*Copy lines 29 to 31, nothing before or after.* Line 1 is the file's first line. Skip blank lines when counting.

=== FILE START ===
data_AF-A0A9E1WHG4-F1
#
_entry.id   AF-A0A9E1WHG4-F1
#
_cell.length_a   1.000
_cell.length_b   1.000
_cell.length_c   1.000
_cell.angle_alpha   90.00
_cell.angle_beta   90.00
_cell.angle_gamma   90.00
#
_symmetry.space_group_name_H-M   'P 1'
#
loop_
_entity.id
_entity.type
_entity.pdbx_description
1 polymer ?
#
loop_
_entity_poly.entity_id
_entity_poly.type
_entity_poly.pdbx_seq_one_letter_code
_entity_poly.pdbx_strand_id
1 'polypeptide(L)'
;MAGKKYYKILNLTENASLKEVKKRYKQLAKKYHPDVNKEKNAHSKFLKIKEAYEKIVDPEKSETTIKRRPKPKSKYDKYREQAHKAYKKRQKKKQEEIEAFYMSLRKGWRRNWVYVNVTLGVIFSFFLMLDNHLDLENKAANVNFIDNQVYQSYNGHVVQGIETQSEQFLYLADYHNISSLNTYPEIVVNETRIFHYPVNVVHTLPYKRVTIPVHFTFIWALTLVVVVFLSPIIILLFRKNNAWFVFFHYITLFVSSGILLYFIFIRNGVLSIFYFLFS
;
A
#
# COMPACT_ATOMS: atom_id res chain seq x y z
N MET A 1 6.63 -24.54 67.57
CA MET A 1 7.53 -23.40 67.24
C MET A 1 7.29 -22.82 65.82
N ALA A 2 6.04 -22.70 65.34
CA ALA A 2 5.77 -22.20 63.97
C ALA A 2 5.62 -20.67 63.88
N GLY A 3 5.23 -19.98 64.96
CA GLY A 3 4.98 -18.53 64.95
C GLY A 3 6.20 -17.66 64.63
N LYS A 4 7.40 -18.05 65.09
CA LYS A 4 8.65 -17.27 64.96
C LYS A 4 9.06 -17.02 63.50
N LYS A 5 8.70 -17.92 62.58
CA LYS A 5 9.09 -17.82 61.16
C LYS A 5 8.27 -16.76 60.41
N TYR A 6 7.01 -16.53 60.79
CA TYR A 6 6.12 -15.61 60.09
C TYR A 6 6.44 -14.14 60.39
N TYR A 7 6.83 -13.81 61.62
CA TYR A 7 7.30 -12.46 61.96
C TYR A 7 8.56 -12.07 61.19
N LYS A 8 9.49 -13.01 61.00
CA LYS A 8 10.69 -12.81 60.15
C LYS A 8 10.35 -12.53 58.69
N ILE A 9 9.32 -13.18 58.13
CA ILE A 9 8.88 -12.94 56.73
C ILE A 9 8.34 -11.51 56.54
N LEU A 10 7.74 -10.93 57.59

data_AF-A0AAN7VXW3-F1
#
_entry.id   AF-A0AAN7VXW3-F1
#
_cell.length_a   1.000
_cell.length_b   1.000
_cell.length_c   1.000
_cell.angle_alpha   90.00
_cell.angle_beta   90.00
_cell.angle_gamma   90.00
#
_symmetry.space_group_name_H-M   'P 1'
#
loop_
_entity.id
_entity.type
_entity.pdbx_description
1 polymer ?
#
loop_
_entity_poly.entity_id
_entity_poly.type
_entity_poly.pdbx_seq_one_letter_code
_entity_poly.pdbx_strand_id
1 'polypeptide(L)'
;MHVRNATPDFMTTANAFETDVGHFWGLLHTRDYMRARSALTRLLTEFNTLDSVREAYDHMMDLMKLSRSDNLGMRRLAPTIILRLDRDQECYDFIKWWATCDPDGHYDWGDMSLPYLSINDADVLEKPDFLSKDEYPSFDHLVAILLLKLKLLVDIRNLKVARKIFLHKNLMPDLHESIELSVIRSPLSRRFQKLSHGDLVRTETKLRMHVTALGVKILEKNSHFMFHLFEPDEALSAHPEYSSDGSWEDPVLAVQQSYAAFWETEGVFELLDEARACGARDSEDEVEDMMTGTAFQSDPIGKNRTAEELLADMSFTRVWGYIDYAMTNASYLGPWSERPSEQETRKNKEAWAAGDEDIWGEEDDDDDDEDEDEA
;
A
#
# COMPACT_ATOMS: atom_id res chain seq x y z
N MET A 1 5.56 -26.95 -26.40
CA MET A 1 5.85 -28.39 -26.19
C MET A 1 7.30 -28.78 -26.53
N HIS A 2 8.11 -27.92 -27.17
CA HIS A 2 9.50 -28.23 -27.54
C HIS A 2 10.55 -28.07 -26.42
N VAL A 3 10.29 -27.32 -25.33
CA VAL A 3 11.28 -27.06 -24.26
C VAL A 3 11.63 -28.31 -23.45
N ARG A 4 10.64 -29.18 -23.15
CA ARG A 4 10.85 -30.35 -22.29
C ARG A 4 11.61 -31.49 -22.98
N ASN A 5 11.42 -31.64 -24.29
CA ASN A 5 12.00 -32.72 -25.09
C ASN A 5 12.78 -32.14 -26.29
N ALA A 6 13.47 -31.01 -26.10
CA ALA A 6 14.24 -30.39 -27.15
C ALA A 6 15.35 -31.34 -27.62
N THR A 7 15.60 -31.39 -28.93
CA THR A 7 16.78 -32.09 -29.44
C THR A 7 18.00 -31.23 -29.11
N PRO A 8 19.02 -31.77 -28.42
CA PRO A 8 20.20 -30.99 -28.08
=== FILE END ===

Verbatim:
#
# COMPACT_ATOMS: atom_id res chain seq x y z
N MET A 1 6.63 -24.54 67.57